Martin Luther King Jr. occupied a position at the center of American politics and culture for only 15-odd years as a living, breathing, active force. There’s scarcely another figure in history who could claim to have changed so much, had so profound an influence on any given nation, indeed the entire world, in so short a space of time. It’s testament to the integrity of his message and the astonishing talent he possessed for expressing that message that, over 50 years since his death, every last chapter of those remarkable years remains prime fodder for scrutiny, speculation and dramatic adaptation.

At the end of Sam Pollard’s MLK/FBI, a crucial detail of the film’s inquiries is revealed: the majority of FBI materials from their investigations into King, covering most of the 1960s, won’t be eligible for public viewing until 2027. To this point, the film has covered that era through the prism of those very investigations, examining not only King’s activities as a major, controversial public figure but also what the FBI made of those activities, alongside the private activities they rigorously snooped upon. For over an hour and a half, Pollard has presented a dazzling montage of archive footage and analysis of declassified FBI documents in what is undoubtedly the most thorough, comprehensive screen treatment of this troubling episode in 20th Century American history.

Thorough it may be, but enlightening it perhaps is not. Even prior to the last-minute reveal that, in fact, Pollard’s presentation is but a fraction of what is likely a far larger, far more troubling picture, there’s an increasing sense of rote familiarity to MLK/FBI. For the lay viewer, it’s an adequately illuminating film, full of information and insight; indeed, its educational value is unusually high for such a commercial, mainstream documentary. Yet even the lay viewer – particularly the American lay viewer – may find themselves underwhelmed by this film, whether in the many articles of common knowledge depicted as revelatory, the banal conclusions depicted as radical and intellectually innovative or the plodding monotony of its pace and style. Once it’s stated that it’ll be yet six more years before the full extent of the FBI’s investigations will be unveiled, it’s clear why MLK/FBI has such a peculiarly underwhelming power for a film about a man whose message carried such overwhelming power: it’s incomplete.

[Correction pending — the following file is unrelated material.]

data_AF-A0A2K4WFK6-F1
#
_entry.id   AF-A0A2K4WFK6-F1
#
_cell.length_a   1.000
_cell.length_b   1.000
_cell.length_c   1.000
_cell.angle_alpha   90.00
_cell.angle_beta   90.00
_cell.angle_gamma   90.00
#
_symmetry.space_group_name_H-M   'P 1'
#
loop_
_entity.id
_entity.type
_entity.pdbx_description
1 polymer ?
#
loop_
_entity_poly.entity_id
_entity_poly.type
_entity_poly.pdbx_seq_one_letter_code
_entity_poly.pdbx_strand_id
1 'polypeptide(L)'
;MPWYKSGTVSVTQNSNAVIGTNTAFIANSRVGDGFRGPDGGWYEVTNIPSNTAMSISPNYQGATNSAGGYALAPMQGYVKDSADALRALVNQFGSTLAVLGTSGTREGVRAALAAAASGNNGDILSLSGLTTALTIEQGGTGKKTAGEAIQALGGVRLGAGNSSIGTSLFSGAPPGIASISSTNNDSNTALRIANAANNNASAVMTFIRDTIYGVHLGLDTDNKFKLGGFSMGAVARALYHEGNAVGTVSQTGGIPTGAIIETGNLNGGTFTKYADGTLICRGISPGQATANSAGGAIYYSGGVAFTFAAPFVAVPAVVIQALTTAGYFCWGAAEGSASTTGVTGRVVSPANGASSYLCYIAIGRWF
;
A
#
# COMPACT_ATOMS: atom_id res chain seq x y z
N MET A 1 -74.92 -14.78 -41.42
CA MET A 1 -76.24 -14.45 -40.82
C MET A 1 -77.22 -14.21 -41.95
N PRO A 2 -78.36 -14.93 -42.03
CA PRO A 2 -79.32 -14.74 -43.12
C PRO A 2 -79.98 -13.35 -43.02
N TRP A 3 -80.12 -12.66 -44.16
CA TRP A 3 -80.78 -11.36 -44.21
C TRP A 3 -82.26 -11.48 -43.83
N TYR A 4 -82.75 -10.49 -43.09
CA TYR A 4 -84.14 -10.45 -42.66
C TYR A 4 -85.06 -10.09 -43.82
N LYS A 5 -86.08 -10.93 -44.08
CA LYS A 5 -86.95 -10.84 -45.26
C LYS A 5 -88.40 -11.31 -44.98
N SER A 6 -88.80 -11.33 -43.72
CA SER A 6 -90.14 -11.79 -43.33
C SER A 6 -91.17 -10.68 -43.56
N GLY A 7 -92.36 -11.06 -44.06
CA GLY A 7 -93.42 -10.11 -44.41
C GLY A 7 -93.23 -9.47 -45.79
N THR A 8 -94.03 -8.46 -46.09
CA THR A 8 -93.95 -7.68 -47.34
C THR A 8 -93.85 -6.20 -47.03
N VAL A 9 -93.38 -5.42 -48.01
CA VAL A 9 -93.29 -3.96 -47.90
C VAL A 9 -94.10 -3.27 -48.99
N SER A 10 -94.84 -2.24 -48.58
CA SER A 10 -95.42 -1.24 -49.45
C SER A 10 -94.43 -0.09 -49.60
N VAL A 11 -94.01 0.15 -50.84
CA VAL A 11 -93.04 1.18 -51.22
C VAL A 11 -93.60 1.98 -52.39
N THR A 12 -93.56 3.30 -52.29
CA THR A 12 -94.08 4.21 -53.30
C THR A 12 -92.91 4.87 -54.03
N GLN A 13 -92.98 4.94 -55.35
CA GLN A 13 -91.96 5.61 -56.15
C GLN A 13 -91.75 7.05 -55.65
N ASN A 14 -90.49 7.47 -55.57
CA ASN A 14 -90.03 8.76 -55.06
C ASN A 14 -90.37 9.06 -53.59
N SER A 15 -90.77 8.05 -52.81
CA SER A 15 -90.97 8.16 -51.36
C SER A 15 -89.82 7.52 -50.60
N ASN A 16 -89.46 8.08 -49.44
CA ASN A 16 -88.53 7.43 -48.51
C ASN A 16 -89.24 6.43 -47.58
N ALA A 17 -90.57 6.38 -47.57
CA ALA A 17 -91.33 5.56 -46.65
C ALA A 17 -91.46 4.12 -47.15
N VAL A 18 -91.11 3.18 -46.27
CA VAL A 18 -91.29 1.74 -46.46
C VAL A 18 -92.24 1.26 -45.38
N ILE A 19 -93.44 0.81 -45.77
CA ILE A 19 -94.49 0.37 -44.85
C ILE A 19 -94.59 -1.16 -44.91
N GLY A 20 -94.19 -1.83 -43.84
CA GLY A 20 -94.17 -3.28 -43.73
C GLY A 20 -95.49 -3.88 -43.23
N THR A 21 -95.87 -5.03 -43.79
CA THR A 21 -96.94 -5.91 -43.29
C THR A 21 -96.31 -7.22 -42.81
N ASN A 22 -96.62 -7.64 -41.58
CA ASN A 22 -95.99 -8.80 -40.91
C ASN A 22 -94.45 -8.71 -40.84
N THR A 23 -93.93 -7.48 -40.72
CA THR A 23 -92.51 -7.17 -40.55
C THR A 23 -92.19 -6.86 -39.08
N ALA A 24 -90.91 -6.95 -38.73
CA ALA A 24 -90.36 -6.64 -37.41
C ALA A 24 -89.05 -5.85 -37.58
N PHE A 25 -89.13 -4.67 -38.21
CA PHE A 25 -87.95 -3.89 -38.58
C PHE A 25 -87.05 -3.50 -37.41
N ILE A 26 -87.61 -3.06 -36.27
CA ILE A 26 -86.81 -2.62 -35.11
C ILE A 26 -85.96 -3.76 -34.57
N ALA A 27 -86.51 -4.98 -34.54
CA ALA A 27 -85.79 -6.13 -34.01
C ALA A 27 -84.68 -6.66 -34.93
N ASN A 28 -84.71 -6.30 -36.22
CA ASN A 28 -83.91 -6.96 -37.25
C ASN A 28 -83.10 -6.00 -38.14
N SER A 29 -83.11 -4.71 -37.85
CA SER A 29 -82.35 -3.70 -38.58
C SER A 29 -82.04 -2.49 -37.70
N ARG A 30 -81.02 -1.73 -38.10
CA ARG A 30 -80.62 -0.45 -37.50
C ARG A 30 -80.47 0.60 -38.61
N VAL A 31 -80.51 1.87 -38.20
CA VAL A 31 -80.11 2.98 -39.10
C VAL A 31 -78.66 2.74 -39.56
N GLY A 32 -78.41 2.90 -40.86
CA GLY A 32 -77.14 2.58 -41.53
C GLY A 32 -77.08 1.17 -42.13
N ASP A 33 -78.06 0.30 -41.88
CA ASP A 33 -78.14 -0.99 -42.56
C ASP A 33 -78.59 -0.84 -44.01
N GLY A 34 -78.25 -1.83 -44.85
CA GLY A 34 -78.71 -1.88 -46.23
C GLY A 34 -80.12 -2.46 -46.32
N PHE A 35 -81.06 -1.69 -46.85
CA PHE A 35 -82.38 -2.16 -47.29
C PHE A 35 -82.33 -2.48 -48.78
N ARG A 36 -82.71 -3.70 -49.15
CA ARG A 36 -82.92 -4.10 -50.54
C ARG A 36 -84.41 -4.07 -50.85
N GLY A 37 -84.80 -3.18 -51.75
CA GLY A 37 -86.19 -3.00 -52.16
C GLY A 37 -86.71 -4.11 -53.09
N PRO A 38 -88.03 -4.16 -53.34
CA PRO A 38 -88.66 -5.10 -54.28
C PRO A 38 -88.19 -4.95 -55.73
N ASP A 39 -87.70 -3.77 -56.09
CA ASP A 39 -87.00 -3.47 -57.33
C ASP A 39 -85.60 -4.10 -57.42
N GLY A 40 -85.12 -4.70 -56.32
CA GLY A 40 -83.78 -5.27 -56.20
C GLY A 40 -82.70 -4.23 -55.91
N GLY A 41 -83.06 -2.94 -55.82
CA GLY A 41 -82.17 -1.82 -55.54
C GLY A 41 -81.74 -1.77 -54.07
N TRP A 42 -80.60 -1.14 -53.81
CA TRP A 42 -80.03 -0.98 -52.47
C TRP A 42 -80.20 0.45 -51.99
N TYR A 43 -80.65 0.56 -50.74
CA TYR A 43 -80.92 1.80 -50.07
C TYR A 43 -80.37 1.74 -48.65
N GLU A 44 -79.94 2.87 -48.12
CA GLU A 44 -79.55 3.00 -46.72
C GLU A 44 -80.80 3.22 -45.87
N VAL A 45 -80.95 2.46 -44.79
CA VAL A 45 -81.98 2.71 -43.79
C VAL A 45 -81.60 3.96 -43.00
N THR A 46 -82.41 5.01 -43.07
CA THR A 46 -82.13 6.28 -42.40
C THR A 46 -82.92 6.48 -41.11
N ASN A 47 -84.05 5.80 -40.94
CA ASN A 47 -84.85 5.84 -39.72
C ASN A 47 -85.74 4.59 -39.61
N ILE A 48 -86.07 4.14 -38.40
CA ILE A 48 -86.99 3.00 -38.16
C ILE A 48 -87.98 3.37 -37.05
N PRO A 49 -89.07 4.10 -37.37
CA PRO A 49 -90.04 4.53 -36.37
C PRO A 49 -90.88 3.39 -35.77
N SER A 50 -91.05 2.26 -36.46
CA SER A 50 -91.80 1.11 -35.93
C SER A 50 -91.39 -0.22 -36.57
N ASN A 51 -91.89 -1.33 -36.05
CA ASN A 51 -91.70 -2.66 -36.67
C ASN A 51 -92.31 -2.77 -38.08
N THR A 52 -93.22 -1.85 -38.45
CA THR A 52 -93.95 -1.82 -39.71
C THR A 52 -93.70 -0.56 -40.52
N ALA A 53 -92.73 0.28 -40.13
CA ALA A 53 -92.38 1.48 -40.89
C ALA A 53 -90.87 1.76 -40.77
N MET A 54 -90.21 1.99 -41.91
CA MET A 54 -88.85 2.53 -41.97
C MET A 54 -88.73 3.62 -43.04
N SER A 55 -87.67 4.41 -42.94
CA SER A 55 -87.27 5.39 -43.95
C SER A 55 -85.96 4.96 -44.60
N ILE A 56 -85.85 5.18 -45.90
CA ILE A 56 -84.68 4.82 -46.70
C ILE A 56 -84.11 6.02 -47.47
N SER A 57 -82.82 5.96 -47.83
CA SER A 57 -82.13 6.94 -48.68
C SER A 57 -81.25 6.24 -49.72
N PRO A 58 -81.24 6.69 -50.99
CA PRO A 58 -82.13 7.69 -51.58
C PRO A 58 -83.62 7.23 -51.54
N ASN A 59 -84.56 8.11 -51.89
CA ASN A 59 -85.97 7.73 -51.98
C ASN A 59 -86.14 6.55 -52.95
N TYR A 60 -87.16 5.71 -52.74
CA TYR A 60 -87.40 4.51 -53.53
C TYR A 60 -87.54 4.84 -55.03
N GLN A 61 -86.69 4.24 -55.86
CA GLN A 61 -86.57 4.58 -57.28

If incomplete, it’s thankfully rich in detail and understanding throughout. Pollard’s focus is, oddly, not trained entirely on the FBI side of things but on the MLK side – it’s like a conventional biodoc with regular adjuncts giving it a mildly unique timbre. So we chronicle the final years, the most public years of King’s extraordinary life, observing him in action, hearing and reading the FBI’s opinions on those actions and hearing too the opinions of the American public. On these latter points, where Pollard does occasionally indulge in some deep, rewarding probing, MLK/FBI is at its most compelling. We’re reminded that this most exalted human emblem of the fight for equality was, in his time, an extremely polarizing man, liked by less than half of the American population, trusted by less still. And looking into the FBI culture that precipitated, even (in their warped view of the world) necessitated investigation of King’s private life, Pollard is tantalizingly incisive – incisive in his appreciation of the culture under J. Edgar Hoover, tantalizingly so in his reticence to explore this topic further.

Instead, MLK/FBI too frequently reverts to pushing forward with its plain, linear, even restless retelling of its story, which simply proceeds through its period with a dogged insistence on leaving no Is undotted, no Ts uncrossed in recollecting the major events in King’s later life. Once the basic facts of each event have been established, contemporaneous FBI commentary is provided with some explanation of how and why the agency (and the federal government) thought it appropriate to do such dirty digging. It’s all fitfully shocking, yet it’s not once surprising. After all, what was then known widely throughout black America – that politicians and law enforcement loathed and mistrusted their community leaders – is now known widely throughout the world, knowledge that has only become more transparent as the progression of American culture has occurred in tandem with the regression of American law enforcement culture. These days, only the most blinkered viewer could find any of MLK/FBI’s findings as viscerally chilling as Pollard needs them to be for his film to fully work. It doesn’t help that he’s so eager to move the story forward that he fails to afford these findings proper scrutiny, nor that the film’s style and tone are so mundane and straightforward. It makes sense that the recent declassification of the files used to make this documentary would warrant 100 or so minutes of cinematic investigation of their own but sense alone does not a great movie make.

Informative and engaging yet hampered by a feeling of inconclusiveness and a reluctance to dig as deep as it ought to.
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